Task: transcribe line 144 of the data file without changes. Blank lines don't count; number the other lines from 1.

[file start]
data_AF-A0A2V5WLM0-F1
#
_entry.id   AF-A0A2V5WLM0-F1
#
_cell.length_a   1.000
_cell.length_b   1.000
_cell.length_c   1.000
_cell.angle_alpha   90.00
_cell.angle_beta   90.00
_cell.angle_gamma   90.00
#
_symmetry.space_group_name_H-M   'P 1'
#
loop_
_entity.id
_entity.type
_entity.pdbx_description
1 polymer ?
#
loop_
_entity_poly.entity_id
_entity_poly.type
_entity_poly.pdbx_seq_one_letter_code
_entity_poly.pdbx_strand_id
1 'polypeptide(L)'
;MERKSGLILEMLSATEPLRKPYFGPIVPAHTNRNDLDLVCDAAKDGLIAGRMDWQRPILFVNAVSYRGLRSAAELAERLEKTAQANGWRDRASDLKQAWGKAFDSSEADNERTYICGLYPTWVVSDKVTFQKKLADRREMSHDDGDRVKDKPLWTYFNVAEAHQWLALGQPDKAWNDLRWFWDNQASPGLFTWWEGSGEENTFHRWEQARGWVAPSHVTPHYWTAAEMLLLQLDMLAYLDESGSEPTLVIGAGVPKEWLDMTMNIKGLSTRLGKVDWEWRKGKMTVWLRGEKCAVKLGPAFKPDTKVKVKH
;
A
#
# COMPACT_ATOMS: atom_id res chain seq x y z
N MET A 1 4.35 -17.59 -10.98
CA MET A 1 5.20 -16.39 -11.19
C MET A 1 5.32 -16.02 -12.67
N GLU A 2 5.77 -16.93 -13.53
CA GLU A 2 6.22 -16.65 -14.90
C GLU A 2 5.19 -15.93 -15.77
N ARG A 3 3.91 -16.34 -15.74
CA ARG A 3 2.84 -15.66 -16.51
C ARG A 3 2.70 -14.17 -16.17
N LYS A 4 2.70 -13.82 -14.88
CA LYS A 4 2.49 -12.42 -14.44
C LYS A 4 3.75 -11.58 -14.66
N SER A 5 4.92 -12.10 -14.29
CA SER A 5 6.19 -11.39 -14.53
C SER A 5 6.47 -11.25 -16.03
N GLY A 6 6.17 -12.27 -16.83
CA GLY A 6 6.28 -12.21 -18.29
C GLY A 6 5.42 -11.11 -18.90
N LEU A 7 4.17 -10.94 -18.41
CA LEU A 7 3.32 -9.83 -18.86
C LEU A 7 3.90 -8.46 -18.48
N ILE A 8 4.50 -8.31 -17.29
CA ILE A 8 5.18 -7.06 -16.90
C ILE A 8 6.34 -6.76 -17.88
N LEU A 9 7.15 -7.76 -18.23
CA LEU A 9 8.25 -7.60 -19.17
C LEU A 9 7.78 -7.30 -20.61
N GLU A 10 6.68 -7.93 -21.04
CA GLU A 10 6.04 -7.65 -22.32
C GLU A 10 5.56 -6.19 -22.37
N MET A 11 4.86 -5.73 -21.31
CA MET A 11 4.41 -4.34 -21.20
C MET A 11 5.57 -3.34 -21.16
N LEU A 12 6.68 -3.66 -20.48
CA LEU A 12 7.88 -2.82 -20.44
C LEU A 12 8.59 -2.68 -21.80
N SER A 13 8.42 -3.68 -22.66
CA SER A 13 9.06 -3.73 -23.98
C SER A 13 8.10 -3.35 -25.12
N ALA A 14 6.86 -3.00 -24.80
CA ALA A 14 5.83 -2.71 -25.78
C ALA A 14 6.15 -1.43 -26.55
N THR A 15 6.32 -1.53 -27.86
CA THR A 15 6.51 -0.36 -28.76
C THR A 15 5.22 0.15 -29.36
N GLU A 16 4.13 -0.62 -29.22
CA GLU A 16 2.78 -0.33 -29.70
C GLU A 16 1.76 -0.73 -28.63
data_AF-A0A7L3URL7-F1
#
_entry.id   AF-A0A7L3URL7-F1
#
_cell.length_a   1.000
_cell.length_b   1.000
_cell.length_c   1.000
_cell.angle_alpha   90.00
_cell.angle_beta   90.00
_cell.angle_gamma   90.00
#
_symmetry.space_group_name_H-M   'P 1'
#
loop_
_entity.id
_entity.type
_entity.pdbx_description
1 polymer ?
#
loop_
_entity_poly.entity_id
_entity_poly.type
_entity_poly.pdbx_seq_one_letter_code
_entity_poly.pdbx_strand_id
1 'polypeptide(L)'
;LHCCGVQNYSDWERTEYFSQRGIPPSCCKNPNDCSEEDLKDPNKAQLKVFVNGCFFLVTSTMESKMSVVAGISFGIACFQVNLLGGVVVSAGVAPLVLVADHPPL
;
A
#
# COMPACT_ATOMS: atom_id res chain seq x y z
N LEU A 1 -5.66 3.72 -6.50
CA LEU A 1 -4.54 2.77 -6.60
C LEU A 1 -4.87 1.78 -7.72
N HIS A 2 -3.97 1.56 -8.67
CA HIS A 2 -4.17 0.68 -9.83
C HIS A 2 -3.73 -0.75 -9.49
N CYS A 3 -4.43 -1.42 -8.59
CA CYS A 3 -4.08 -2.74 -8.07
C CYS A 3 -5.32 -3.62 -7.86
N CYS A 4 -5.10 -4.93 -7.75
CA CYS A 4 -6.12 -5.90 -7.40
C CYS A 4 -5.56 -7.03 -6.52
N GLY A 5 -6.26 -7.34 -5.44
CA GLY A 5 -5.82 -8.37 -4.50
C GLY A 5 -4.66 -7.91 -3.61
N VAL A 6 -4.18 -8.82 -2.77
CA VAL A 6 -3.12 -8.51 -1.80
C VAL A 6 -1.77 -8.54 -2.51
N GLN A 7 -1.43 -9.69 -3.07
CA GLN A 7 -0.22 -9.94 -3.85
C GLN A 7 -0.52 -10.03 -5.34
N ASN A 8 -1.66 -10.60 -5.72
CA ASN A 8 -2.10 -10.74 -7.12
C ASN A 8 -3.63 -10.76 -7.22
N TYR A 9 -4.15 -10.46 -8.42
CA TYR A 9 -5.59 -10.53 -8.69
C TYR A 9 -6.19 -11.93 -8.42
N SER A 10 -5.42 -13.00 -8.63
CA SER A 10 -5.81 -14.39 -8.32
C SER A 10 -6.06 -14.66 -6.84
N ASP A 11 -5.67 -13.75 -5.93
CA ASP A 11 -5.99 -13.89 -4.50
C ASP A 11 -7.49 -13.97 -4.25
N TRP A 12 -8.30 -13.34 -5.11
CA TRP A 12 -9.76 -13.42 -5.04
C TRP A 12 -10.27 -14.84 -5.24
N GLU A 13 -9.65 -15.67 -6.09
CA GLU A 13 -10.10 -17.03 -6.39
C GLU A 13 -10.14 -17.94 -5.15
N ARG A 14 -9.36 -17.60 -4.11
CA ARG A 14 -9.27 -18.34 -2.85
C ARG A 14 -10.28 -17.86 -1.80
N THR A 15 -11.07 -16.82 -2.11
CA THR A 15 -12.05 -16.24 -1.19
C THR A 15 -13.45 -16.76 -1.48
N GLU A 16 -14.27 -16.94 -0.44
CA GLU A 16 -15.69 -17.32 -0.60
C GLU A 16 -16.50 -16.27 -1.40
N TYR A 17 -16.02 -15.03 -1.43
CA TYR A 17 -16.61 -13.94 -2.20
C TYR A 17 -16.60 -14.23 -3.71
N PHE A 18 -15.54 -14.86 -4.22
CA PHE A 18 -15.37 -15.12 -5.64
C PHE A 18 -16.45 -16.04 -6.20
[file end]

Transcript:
C TRP A 12 -10.27 -14.84 -5.24